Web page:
• The best Maverick, far and away, was Bernard “Sarge” James, putting up 12 points, nine rebounds, and three blocks. Five of his rebounds were offensive as he relentlessly went after the physically weaker Miami big men. He rolls to the basket much better than he did earlier in the season and catches the ball very, very well. But defensively he has established himself as a true specialist. A second quarter block of Battier that lead to a Dominique Jones lay in displayed some unique timing. The TNT crew realized later in the game that James plays similarly to Joel Anthony, which is a reasonable comparison. James will probably never be a starter, but has played well virtually every time he has been given minutes.
  • Dominique Jones had a career high in assists with seven, five of them coming in the first half. Miami managed to close down a lot of the lanes he used in the first half, both passing and penetration. Still, nice to see him be effective, though I cringe when he shoots or tries a driving  lay in because he simply cannot finish with consistency.
  • Lebron James (24 points, nine rebounds, five assists) was brilliant in every facet of the game. His 13 first quarter points on 6-of-7 shooting made the game look unfair. Compared to the 2011 finals, James seems comfortable and confident doing whatever he wants with the ball. Defensively he’s a nightmare, covering ground laterally at a speed that defies common understanding.
  • Along that same vein, Miami is playing ideal position-less basketball. The main cog is James, but watching Wade, Bosh, and guys like Chalmers, Battier, Haslem, and Anthony, the Heat can guard any line up. Offensively they have different players like Mike Miller and Ray Allen who exploit the opportunities presented to Miami by simply knocking down open shots.
  • It’s disappointing Brandan Wright was injured tonight with a sprained ankle. Seeing him in a fast paced game where defensive help was a necessity could have made the game more interesting. Miami doesn’t expend energy crashing the offensive glass that often, so Wright’s main issue would have been hidden. But there’s always next game as Dallas plays Miami again in less than two weeks.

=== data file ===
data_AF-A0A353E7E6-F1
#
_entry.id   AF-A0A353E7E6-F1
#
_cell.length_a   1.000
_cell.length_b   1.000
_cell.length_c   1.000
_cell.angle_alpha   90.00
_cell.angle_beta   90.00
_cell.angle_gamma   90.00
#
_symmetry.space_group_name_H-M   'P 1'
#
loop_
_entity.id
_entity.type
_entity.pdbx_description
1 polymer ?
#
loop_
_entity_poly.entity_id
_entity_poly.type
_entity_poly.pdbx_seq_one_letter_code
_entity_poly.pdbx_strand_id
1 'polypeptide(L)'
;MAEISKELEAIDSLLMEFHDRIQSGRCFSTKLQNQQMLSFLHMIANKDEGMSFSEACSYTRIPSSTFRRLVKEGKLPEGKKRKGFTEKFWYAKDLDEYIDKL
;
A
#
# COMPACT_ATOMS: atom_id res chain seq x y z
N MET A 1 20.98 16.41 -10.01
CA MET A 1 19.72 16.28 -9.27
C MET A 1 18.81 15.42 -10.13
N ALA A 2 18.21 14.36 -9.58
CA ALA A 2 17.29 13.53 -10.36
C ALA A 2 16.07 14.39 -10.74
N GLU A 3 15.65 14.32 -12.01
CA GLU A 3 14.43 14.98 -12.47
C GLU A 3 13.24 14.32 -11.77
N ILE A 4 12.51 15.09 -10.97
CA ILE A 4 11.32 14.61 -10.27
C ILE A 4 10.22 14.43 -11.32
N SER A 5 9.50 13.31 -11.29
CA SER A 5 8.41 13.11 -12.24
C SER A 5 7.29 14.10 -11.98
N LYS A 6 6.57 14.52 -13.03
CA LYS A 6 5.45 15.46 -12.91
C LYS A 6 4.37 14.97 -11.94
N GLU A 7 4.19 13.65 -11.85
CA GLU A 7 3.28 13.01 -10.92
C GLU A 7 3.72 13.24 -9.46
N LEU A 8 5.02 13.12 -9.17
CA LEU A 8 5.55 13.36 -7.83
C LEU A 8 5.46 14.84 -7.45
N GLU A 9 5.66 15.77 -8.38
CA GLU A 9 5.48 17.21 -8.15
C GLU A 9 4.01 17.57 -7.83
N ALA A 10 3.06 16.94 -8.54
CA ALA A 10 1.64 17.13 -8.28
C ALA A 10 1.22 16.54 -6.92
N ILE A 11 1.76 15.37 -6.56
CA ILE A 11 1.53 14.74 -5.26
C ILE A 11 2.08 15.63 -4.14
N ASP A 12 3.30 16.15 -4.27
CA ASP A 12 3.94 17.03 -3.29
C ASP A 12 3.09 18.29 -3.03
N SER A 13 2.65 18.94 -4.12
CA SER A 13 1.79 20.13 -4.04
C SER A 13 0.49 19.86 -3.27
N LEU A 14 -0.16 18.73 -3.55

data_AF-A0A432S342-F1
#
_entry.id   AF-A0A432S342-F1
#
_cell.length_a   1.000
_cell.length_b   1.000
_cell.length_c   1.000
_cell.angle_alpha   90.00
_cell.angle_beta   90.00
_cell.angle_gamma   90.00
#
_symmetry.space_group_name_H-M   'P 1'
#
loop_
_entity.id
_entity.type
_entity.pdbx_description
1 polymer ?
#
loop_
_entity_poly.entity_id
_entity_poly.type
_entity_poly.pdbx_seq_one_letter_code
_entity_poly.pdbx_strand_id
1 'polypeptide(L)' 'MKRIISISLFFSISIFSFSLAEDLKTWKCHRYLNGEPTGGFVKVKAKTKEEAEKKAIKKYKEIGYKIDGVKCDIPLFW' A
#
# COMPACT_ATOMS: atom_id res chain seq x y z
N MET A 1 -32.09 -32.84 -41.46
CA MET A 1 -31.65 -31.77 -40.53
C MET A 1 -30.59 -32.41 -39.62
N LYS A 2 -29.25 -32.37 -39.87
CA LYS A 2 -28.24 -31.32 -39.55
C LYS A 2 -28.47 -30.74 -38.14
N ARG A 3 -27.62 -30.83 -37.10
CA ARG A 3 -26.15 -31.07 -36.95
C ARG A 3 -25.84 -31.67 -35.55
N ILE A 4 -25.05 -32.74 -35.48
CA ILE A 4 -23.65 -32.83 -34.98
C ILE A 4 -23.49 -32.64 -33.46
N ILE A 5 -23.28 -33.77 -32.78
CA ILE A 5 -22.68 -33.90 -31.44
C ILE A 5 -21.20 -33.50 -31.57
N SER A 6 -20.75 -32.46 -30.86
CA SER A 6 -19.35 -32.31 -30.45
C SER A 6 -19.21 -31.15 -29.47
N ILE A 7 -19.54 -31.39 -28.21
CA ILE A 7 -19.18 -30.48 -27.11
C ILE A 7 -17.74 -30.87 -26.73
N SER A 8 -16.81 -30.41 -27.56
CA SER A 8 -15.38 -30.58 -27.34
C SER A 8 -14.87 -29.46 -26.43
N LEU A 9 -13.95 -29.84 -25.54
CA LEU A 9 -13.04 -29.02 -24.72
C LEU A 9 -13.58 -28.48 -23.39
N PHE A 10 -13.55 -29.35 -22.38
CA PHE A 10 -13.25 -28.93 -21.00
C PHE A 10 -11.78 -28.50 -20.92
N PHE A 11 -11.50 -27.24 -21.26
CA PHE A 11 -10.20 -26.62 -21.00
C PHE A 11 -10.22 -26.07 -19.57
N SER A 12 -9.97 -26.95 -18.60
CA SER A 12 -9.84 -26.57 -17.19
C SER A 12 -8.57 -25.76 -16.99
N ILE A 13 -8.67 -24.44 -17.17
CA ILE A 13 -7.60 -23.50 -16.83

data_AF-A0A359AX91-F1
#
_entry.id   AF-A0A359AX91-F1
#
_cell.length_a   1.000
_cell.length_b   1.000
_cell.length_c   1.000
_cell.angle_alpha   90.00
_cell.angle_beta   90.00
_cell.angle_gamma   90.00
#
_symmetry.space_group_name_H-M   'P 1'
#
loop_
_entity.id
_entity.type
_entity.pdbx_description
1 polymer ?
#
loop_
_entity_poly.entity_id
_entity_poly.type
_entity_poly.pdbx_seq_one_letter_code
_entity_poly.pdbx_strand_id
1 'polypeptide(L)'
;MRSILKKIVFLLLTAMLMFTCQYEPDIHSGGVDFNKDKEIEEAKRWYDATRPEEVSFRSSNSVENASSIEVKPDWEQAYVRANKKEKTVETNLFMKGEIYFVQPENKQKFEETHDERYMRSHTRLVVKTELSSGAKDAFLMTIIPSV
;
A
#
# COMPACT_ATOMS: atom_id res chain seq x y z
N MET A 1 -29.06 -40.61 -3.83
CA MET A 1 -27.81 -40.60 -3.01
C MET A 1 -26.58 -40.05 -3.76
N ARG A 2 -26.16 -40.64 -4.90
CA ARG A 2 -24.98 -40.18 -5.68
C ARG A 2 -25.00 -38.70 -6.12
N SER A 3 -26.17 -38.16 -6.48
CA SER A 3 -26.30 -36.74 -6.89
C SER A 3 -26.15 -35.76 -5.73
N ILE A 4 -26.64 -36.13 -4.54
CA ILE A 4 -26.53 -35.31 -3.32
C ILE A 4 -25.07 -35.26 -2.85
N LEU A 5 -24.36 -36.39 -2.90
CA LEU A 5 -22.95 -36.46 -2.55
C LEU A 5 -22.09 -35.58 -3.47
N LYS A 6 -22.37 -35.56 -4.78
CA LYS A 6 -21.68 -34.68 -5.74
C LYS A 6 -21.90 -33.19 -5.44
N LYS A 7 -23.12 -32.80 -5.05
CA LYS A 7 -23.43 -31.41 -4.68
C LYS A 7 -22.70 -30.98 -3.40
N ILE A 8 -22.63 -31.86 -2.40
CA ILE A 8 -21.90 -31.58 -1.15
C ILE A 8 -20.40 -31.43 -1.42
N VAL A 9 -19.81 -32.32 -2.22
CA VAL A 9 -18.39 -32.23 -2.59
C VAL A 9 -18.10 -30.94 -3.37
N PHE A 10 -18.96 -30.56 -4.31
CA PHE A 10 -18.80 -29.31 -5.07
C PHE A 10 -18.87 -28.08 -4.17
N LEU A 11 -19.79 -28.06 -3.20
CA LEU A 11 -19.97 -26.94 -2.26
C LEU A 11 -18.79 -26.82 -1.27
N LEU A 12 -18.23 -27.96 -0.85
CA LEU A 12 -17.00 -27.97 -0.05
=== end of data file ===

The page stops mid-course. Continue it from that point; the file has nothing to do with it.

• Seeing who Dirk nudges out of the rotation will be worth watching. Obviously, it’s great that he’ll be back soon, but with none of the Maverick big men playing well consistently (or in the cases of Wright and James, not seeing minutes consistently), who Carlisle opts to go with will be worth analyzing. The theory was Dirk and Kaman would see action together, with Brand being the main release valve. But with Kaman rebounding so poorly it’s hard to see that pair working out well for any significant stretch.
  • When looking at win loss records and including tonight’s game, the Mavs play the league’s 4th best team (Miami), 5th best team (Memphis), 6th best team (San Antonio) and the league’s best team (Oklahoma City) in a seven day span. That’s followed up by a match up versus the underwhelming but very talented Denver Nuggets, another game against the Spurs, a trip to the nations capitol, and then another meeting with the Miami Heat. Easily the most brutal stretch of games in the entire Dallas schedule.

Kirk is a member of the Two Man Game family. Follow him on twitter @KirkSeriousFace for ranting about Dallas basketball, TV, movies, video games, and his dog.

Setting the Table: Miami Heat (Game 26)

Posted by Bryan Gutierrez on December 20, 2012 under Previews | Be the First to Comment

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The challenges now begin to really ramp up as the Dallas Mavericks (12-13) host the defending champions, the Miami Heat (16-6). Starting with the Heat, the next six teams on the Mavericks’ schedule having winning records. Dallas is looking to continue their success against the Eastern Conference. With the victory over the Sixers at American Airlines Center on 12/18, the Mavericks improved to 6-0 against Eastern Conference teams at home.

The Mavericks will come into the game against the Heat somewhat short-handed. News came  on 12/19 that Brandan Wright sprained his right ankle late in Tuesday’s win over the 76ers. Both Wright and Elton Brand (strained right groin) will be game-time decisions against Miami. Derek Fisher (strained patellar tendon) is likely going to be out for the game. The team is still awaiting results of the MRI Fisher had on 12/19.